This is a series of posts on the opportunities brought about by advancement in cloud services and aims to summarize the main roles and value propositions channel partners can choose from. To review the first post, click here. To review the second post, click here.
Most partners are somewhere along the cloud journey. It is reasonable to aim for at least 50% revenue from cloud based activities today. Partners should decide sooner rather than later between becoming:
- Cloud Broker
- Cloud Provider
- Cloud Auditor
To review what these services offer, see the previous post.
All three are independent roles and could be run as a business in the future.
Below are some value propositions for each of the roles described.
Neutrality is very important for a cloud broker. A cloud broker will provides cloud consumers with a single consistent interface to multiple providers. A cloud broker will Improve lead times for the acquisition, ordering and provisioning of cloud services.
Examples of value added services a Cloud Broker can offer include:
- Unified billing
- Load planning and cloud bursting
- SLA management
- Drives dynamic pricing
- Consistent end-to-end quality measurements
If partners choose to become a Cloud Provider they should become trained and certified in the tools and the processes involved in at least one of the “Cloud Service management practices“:
- business support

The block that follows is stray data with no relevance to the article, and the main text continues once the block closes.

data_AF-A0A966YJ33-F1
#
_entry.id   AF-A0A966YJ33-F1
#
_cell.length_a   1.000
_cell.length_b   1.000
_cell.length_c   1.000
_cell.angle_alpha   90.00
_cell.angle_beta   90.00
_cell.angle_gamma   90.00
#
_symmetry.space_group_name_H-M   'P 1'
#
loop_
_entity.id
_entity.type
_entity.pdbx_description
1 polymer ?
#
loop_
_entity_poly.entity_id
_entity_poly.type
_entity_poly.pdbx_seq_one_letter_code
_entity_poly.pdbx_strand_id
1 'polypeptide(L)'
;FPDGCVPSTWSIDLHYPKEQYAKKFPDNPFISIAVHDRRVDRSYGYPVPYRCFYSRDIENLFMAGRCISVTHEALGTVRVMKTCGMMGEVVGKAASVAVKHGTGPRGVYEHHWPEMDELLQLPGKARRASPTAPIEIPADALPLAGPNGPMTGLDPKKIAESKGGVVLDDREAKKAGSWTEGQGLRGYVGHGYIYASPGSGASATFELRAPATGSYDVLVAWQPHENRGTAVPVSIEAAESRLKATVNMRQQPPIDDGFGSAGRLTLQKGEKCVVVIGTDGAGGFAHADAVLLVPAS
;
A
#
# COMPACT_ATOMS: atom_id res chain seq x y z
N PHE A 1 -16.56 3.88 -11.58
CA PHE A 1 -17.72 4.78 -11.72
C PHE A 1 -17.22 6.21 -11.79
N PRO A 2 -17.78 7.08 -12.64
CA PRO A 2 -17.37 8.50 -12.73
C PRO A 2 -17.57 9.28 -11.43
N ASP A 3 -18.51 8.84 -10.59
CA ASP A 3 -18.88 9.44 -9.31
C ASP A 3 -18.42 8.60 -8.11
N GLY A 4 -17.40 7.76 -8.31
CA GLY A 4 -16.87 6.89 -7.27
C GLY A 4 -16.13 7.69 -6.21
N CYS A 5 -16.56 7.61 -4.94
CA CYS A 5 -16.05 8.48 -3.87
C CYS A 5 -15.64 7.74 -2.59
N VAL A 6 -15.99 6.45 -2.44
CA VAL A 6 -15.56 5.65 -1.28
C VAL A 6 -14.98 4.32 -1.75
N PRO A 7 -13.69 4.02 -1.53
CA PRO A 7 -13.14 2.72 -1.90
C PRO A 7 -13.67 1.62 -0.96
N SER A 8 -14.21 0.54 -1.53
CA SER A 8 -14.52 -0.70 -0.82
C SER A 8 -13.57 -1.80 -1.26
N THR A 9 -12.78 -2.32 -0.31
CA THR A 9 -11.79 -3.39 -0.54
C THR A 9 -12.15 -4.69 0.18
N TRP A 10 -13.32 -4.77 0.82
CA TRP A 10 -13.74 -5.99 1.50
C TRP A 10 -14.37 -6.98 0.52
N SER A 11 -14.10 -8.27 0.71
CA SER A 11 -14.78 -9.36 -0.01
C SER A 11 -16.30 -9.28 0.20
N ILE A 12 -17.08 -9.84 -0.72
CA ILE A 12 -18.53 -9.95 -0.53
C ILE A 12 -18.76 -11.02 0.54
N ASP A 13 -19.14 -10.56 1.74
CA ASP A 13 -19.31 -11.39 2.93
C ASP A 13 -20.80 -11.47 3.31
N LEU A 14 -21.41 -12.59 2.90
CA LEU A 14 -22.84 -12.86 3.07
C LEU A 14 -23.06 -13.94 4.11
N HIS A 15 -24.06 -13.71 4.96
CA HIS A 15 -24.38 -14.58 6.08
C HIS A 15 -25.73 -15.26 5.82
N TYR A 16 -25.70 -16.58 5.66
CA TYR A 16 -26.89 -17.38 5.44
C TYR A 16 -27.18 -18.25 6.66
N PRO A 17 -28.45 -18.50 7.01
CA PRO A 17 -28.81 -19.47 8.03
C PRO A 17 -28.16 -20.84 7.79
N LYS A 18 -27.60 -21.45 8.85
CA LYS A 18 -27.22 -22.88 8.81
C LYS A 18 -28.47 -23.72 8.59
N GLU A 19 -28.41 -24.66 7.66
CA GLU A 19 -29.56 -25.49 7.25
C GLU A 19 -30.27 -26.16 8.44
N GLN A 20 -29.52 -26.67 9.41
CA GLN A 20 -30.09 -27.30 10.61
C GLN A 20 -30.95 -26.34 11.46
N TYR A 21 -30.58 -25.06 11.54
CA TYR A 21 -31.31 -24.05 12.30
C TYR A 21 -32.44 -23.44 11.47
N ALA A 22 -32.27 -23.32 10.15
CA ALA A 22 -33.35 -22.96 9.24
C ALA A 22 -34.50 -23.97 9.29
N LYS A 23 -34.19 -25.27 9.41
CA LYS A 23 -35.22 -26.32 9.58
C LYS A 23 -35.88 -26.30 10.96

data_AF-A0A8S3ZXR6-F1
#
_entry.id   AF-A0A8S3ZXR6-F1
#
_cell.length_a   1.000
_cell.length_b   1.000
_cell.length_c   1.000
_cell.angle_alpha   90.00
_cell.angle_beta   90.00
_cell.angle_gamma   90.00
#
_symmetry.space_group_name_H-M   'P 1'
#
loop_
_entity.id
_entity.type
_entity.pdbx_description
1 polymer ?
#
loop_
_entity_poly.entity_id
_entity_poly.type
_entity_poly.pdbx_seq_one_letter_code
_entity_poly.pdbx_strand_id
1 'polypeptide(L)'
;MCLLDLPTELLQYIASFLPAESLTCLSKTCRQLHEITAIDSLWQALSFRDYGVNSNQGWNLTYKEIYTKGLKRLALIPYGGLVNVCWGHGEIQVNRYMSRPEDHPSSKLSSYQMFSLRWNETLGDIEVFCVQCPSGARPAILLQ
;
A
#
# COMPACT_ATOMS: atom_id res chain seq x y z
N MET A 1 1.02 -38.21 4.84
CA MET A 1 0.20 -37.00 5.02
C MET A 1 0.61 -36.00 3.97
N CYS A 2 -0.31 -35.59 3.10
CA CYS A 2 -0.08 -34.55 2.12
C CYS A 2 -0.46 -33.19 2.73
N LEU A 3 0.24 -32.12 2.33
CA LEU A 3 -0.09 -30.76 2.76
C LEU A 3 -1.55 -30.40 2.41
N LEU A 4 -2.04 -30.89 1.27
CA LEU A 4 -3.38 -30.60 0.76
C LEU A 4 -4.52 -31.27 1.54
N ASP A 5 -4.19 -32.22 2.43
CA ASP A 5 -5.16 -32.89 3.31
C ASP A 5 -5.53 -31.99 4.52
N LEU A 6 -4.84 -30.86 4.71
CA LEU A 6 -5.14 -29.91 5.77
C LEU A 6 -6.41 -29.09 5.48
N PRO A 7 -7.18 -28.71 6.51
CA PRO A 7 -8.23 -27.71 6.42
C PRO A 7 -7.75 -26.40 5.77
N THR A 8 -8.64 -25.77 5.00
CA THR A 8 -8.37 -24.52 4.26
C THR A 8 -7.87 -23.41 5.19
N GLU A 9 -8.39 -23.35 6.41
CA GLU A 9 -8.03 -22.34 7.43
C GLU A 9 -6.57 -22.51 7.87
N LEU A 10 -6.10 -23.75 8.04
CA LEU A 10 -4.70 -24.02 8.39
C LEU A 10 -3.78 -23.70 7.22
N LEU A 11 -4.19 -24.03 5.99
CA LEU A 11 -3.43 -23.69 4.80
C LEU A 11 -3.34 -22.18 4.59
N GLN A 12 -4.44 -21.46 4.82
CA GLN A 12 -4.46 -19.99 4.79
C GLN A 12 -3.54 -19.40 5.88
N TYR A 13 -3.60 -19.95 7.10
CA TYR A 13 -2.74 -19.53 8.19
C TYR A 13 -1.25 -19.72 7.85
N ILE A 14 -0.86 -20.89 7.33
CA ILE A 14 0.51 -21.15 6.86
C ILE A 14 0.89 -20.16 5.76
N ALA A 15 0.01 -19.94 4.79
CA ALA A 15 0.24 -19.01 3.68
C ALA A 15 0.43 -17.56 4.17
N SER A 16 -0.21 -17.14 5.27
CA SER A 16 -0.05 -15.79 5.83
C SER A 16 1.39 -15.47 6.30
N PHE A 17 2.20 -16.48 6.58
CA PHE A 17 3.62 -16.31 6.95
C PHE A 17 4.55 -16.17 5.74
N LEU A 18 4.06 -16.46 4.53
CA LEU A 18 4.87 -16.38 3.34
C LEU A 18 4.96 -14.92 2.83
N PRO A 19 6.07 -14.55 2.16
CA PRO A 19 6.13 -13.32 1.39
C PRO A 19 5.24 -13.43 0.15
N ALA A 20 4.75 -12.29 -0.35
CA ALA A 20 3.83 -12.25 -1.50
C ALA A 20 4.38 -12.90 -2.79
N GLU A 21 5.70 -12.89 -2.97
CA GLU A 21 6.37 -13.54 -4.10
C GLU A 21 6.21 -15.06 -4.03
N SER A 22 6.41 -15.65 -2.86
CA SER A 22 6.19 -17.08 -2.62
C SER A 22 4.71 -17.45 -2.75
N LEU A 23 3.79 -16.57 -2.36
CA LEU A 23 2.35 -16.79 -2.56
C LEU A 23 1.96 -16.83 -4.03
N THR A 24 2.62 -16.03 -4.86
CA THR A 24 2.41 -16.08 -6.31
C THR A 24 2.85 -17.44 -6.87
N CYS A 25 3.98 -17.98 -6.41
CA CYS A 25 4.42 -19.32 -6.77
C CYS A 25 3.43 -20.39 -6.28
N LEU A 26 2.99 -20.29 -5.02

- provisioning and configuration
- portability and interoperability
This diagram shows the level of control over the application stack and helps understand the responsibilities of
parties involved in managing the cloud application. The higher in the stack the more control the cloud provider has over the application and the more committed he will be to the cloud consumer.
The main requirement of a cloud auditor is his/her independence. Often the auditor sets the liabilities and risks. Specialization is key in this area because you need the required certifications and references to enjoy the trust of CXO’s dealing with you. Possible value propositions for auditors are :
- Provide security audit & reporting
- Privacy Impact Audit covering both the technology as well as the legal side
- Offer a performance audit
So what should an ISV do?
ISVs can build channel and cloud programs to support their partners through their transition to the cloud. More and more software vendors are offering PaaS to enable partners to create development and integration work for their end customers. ISV should not only train their channel partners in cloud technologies, but more importantly they should re-train their channels sales people to deal with cloud sales cycles and to accept getting paid through cloud revenues.
Hardware centric vendors are also offering IaaS Services to their channel partners in Backup and Recovery (Services for backup and recovery of file systems and raw data stores on servers and desktop systems) as well as Computing (Server resources for running cloud-based systems that can be dynamically provisioned and configured as needed).
Some examples of PaaS Service offerings from software owners could include:
- Business Intelligence: Platforms for the creation of applications such as dashboards, reporting systems, and data analysis.
- Database: Services offering scalable relational database solutions or scalable non-SQL datatanks.
- Development and Testing: Platforms for the development and testing cycles of application development, which expand and contract as needed.
- Integration: Development platforms for building integration applications in the cloud and within the enterprise.
- Application Deployment: Platforms suited for general purpose application development. These services provide databases, web application runtime environments, etc.